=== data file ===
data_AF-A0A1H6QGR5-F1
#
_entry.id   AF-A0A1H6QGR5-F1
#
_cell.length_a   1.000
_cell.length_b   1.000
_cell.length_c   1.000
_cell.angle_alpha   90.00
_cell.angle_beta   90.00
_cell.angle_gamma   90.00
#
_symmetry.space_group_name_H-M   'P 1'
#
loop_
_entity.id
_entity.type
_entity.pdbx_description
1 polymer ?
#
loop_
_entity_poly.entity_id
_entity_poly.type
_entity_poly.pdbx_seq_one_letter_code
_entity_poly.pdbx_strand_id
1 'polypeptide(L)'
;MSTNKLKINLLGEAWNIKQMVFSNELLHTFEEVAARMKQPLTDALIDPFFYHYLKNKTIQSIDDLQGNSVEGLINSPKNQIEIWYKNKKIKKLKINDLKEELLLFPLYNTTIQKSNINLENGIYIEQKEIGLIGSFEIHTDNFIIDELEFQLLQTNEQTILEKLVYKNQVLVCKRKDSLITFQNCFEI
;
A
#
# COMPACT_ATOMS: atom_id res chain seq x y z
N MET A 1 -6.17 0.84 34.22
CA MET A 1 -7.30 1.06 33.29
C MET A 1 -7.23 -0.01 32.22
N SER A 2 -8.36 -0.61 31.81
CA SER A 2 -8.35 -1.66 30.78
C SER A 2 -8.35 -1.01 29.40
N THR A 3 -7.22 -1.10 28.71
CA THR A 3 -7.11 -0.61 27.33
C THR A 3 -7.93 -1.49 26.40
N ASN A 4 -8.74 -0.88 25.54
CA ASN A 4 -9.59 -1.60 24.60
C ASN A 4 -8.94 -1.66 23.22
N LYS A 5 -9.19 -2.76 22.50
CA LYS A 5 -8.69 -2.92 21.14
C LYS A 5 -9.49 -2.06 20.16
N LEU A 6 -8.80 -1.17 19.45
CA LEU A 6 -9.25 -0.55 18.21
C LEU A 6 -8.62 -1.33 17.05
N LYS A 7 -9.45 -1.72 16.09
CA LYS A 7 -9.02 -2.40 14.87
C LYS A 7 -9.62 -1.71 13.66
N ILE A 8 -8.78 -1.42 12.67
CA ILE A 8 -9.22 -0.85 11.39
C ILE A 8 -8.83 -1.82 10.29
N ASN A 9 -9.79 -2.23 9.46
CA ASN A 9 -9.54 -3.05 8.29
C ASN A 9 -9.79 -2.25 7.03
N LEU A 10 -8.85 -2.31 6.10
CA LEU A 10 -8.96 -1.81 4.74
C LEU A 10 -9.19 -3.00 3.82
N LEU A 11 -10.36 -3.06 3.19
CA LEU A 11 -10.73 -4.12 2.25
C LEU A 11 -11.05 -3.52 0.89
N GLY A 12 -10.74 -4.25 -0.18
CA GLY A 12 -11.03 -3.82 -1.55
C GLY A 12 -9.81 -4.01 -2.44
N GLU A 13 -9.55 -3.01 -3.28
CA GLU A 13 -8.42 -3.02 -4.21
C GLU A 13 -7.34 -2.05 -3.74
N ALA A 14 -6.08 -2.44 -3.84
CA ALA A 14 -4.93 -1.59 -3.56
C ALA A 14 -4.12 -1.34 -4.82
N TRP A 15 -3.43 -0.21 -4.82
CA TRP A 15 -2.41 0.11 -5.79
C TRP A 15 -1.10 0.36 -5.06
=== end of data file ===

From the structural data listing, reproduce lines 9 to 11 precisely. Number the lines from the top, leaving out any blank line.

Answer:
_cell.angle_beta   90.00
_cell.angle_gamma   90.00
#